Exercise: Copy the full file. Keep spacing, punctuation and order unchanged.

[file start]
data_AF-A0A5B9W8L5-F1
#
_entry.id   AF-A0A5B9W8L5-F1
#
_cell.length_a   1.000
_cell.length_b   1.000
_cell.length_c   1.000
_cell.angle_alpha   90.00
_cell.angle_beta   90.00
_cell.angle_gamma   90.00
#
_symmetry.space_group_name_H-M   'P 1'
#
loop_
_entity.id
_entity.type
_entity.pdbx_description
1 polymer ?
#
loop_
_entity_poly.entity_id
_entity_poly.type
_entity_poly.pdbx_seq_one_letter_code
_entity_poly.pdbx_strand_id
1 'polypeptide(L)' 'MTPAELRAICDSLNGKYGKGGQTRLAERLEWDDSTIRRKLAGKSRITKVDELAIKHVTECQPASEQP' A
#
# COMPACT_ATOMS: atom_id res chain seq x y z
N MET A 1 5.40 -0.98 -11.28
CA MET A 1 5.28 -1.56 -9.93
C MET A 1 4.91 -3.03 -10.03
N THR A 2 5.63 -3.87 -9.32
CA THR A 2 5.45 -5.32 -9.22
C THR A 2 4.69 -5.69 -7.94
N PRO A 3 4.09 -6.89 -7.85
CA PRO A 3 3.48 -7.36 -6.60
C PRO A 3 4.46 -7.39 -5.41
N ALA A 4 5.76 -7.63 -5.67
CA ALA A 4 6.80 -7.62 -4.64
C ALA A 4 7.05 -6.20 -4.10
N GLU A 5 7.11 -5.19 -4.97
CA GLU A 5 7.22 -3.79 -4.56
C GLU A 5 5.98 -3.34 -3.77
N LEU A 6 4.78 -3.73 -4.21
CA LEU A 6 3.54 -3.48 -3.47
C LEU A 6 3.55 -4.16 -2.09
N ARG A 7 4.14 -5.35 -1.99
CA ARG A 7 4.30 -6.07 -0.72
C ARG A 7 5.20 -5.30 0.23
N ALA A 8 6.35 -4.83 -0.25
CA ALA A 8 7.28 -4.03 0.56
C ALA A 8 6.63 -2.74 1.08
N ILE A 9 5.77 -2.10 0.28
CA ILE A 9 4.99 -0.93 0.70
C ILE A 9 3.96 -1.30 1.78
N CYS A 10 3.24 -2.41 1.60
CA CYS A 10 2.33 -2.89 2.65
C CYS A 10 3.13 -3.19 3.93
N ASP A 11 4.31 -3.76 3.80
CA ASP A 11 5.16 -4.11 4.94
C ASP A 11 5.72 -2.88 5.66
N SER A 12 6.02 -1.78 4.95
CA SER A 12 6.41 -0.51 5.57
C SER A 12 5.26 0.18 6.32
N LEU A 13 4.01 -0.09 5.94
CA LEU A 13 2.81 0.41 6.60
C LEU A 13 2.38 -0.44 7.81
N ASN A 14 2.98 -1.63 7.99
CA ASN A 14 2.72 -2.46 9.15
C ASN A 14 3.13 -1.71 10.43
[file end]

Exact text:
data_AF-A0A5B9W8L5-F1
#
_entry.id   AF-A0A5B9W8L5-F1
#
_cell.length_a   1.000
_cell.length_b   1.000
_cell.length_c   1.000
_cell.angle_alpha   90.00
_cell.angle_beta   90.00
_cell.angle_gamma   90.00
#
_symmetry.space_group_name_H-M   'P 1'
#
loop_
_entity.id
_entity.type
_entity.pdbx_description
1 polymer ?
#
loop_
_entity_poly.entity_id
_entity_poly.type
_entity_poly.pdbx_seq_one_letter_code
_entity_poly.pdbx_strand_id
1 'polypeptide(L)' 'MTPAELRAICDSLNGKYGKGGQTRLAERLEWDDSTIRRKLAGKSRITKVDELAIKHVTECQPASEQP' A
#
# COMPACT_ATOMS: atom_id res chain seq x y z
N MET A 1 5.40 -0.98 -11.28
CA MET A 1 5.28 -1.56 -9.93
C MET A 1 4.91 -3.03 -10.03
N THR A 2 5.63 -3.87 -9.32
CA THR A 2 5.45 -5.32 -9.22
C THR A 2 4.69 -5.69 -7.94
N PRO A 3 4.09 -6.89 -7.85
CA PRO A 3 3.48 -7.36 -6.60
C PRO A 3 4.46 -7.39 -5.41
N ALA A 4 5.76 -7.63 -5.67
CA ALA A 4 6.80 -7.62 -4.64
C ALA A 4 7.05 -6.20 -4.10
N GLU A 5 7.11 -5.19 -4.97
CA GLU A 5 7.22 -3.79 -4.56
C GLU A 5 5.98 -3.34 -3.77
N LEU A 6 4.78 -3.73 -4.21
CA LEU A 6 3.54 -3.48 -3.47
C LEU A 6 3.55 -4.16 -2.09
N ARG A 7 4.14 -5.35 -1.99
CA ARG A 7 4.30 -6.07 -0.72
C ARG A 7 5.20 -5.30 0.23
N ALA A 8 6.35 -4.83 -0.25
CA ALA A 8 7.28 -4.03 0.56
C ALA A 8 6.63 -2.74 1.08
N ILE A 9 5.77 -2.10 0.28
CA ILE A 9 4.99 -0.93 0.70
C ILE A 9 3.96 -1.30 1.78
N CYS A 10 3.24 -2.41 1.60
CA CYS A 10 2.33 -2.89 2.65
C CYS A 10 3.13 -3.19 3.93
N ASP A 11 4.31 -3.76 3.80
CA ASP A 11 5.16 -4.11 4.94
C ASP A 11 5.72 -2.88 5.66
N SER A 12 6.02 -1.78 4.95
CA SER A 12 6.41 -0.51 5.57
C SER A 12 5.26 0.18 6.32
N LEU A 13 4.01 -0.09 5.94
CA LEU A 13 2.81 0.41 6.60
C LEU A 13 2.38 -0.44 7.81
N ASN A 14 2.98 -1.63 7.99
CA ASN A 14 2.72 -2.46 9.15
C ASN A 14 3.13 -1.71 10.43